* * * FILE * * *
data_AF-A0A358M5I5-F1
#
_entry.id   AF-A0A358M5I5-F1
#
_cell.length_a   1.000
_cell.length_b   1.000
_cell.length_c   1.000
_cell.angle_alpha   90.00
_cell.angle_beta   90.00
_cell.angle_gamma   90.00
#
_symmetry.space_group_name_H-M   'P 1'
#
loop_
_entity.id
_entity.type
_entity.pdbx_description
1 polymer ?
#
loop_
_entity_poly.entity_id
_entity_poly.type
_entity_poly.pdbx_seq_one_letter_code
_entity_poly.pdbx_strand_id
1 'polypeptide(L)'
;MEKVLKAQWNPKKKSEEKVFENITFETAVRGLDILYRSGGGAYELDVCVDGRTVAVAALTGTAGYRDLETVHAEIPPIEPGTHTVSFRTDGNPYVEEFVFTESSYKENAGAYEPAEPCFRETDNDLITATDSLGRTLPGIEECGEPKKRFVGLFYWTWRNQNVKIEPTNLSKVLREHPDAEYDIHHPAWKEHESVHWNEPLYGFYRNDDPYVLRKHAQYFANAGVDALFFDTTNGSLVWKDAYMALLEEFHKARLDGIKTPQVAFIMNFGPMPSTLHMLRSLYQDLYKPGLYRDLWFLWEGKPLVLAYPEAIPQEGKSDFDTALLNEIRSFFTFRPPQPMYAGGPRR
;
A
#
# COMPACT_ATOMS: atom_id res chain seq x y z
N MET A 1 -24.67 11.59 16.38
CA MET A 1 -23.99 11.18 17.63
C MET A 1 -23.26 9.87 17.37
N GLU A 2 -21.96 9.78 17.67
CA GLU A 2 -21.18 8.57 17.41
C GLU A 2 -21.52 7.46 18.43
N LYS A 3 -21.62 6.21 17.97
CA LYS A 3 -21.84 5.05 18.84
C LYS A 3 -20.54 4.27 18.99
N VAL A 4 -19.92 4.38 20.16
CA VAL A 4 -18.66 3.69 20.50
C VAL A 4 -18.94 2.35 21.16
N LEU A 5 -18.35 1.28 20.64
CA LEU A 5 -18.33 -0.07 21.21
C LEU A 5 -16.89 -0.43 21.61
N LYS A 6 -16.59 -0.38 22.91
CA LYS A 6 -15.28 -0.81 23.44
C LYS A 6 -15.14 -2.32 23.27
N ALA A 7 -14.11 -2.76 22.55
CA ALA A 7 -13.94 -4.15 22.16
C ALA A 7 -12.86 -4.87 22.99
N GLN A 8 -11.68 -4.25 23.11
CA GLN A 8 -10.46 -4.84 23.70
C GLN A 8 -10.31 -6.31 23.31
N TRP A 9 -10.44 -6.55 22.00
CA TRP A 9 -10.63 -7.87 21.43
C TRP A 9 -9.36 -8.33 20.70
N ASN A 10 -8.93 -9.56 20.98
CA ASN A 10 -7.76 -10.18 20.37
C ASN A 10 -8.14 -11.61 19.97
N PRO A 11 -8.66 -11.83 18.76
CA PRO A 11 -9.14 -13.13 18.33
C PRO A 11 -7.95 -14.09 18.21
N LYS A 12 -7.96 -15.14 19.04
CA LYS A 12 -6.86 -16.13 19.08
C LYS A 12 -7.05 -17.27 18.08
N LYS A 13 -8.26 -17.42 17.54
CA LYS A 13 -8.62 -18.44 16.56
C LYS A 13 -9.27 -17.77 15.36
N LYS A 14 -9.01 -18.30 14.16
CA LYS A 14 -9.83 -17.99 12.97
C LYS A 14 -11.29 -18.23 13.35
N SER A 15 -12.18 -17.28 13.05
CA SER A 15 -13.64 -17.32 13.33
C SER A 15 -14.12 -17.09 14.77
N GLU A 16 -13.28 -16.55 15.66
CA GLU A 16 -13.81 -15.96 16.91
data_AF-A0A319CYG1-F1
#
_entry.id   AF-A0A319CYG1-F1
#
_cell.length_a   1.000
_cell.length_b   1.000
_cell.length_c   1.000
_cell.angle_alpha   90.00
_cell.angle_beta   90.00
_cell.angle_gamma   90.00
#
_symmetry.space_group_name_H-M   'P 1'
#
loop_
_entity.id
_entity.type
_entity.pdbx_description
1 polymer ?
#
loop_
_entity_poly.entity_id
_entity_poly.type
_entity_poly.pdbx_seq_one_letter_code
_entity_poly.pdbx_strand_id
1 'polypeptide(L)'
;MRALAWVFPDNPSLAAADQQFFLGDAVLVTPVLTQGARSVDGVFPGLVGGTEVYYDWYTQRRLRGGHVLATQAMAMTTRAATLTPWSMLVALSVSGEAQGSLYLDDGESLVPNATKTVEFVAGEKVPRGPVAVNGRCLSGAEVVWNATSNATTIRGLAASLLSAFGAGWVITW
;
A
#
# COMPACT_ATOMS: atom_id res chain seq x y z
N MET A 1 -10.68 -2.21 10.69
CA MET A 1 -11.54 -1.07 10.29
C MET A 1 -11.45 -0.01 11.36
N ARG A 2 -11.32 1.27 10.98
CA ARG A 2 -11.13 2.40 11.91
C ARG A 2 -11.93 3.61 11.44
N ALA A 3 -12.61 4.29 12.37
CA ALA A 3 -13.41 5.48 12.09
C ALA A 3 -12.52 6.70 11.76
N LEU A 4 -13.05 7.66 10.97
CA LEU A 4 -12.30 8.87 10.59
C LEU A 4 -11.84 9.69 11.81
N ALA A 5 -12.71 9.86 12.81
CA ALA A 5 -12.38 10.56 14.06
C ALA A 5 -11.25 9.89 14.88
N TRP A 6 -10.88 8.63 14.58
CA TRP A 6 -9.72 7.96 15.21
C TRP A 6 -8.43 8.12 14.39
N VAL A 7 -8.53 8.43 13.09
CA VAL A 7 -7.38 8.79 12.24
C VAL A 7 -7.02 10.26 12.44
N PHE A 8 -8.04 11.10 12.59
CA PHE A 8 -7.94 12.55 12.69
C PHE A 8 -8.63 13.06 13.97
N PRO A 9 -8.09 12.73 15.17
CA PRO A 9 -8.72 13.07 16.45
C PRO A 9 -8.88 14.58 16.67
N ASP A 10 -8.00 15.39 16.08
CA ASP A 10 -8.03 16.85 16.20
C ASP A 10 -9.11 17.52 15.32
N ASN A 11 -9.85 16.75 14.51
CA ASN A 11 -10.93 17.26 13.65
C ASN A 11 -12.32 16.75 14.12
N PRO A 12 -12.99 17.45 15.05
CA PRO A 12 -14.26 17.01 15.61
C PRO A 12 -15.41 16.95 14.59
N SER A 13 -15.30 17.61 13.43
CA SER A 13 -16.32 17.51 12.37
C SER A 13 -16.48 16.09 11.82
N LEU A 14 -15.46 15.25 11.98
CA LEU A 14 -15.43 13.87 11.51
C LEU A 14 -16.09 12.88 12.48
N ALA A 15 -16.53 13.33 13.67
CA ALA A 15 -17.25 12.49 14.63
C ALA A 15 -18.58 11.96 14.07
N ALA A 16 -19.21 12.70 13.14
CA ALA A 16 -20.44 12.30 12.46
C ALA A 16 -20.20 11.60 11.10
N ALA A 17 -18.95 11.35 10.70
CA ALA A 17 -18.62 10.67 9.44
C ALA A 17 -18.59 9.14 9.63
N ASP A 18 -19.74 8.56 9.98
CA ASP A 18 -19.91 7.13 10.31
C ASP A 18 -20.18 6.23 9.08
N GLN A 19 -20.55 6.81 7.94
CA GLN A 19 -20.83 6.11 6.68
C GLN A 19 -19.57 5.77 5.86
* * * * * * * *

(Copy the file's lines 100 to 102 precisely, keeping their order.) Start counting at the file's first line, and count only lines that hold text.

_entity_poly.pdbx_seq_one_letter_code
_entity_poly.pdbx_strand_id
1 'polypeptide(L)'